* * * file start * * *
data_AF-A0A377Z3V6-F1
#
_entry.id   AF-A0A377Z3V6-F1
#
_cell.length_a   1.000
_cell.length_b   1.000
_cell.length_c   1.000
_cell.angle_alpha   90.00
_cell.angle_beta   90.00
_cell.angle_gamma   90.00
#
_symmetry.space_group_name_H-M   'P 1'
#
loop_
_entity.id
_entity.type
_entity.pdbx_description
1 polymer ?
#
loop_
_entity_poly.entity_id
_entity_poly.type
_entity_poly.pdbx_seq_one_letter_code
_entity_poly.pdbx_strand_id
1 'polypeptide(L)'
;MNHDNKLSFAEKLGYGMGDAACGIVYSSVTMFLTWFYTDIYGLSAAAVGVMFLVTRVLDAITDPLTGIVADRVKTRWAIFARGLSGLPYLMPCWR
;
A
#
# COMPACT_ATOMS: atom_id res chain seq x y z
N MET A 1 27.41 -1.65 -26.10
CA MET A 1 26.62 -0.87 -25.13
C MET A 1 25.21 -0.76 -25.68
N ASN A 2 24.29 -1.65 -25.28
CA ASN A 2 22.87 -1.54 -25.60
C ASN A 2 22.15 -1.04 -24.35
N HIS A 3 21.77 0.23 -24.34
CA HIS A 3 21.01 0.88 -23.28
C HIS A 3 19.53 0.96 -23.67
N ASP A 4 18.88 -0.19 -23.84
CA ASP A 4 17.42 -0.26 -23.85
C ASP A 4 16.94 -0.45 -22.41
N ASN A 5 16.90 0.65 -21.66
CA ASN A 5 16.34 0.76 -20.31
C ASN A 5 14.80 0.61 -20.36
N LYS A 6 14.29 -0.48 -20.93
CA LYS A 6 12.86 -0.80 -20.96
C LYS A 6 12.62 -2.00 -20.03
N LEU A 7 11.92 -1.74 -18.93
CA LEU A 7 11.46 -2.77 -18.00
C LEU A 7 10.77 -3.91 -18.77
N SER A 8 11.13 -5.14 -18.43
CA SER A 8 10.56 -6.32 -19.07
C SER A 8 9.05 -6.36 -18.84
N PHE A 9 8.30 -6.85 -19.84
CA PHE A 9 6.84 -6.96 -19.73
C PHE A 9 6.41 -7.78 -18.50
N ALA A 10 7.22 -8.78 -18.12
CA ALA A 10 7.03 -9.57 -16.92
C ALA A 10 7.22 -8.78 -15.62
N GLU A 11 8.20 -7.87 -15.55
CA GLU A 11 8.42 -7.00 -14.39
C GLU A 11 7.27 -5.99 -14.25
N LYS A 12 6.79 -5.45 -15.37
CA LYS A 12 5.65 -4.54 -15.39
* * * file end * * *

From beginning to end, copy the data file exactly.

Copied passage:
data_AF-A0A377Z3V6-F1
#
_entry.id   AF-A0A377Z3V6-F1
#
_cell.length_a   1.000
_cell.length_b   1.000
_cell.length_c   1.000
_cell.angle_alpha   90.00
_cell.angle_beta   90.00
_cell.angle_gamma   90.00
#
_symmetry.space_group_name_H-M   'P 1'
#
loop_
_entity.id
_entity.type
_entity.pdbx_description
1 polymer ?
#
loop_
_entity_poly.entity_id
_entity_poly.type
_entity_poly.pdbx_seq_one_letter_code
_entity_poly.pdbx_strand_id
1 'polypeptide(L)'
;MNHDNKLSFAEKLGYGMGDAACGIVYSSVTMFLTWFYTDIYGLSAAAVGVMFLVTRVLDAITDPLTGIVADRVKTRWAIFARGLSGLPYLMPCWR
;
A
#
# COMPACT_ATOMS: atom_id res chain seq x y z
N MET A 1 27.41 -1.65 -26.10
CA MET A 1 26.62 -0.87 -25.13
C MET A 1 25.21 -0.76 -25.68
N ASN A 2 24.29 -1.65 -25.28
CA ASN A 2 22.87 -1.54 -25.60
C ASN A 2 22.15 -1.04 -24.35
N HIS A 3 21.77 0.23 -24.34
CA HIS A 3 21.01 0.88 -23.28
C HIS A 3 19.53 0.96 -23.67
N ASP A 4 18.88 -0.19 -23.84
CA ASP A 4 17.42 -0.26 -23.85
C ASP A 4 16.94 -0.45 -22.41
N ASN A 5 16.90 0.65 -21.66
CA ASN A 5 16.34 0.76 -20.31
C ASN A 5 14.80 0.61 -20.36
N LYS A 6 14.29 -0.48 -20.93
CA LYS A 6 12.86 -0.80 -20.96
C LYS A 6 12.62 -2.00 -20.03
N LEU A 7 11.92 -1.74 -18.93
CA LEU A 7 11.46 -2.77 -18.00
C LEU A 7 10.77 -3.91 -18.77
N SER A 8 11.13 -5.14 -18.43
CA SER A 8 10.56 -6.32 -19.07
C SER A 8 9.05 -6.36 -18.84
N PHE A 9 8.30 -6.85 -19.84
CA PHE A 9 6.84 -6.96 -19.73
C PHE A 9 6.41 -7.78 -18.50
N ALA A 10 7.22 -8.78 -18.12
CA ALA A 10 7.03 -9.57 -16.92
C ALA A 10 7.22 -8.78 -15.62
N GLU A 11 8.20 -7.87 -15.55
CA GLU A 11 8.42 -7.00 -14.39
C GLU A 11 7.27 -5.99 -14.25
N LYS A 12 6.79 -5.45 -15.37
CA LYS A 12 5.65 -4.54 -15.39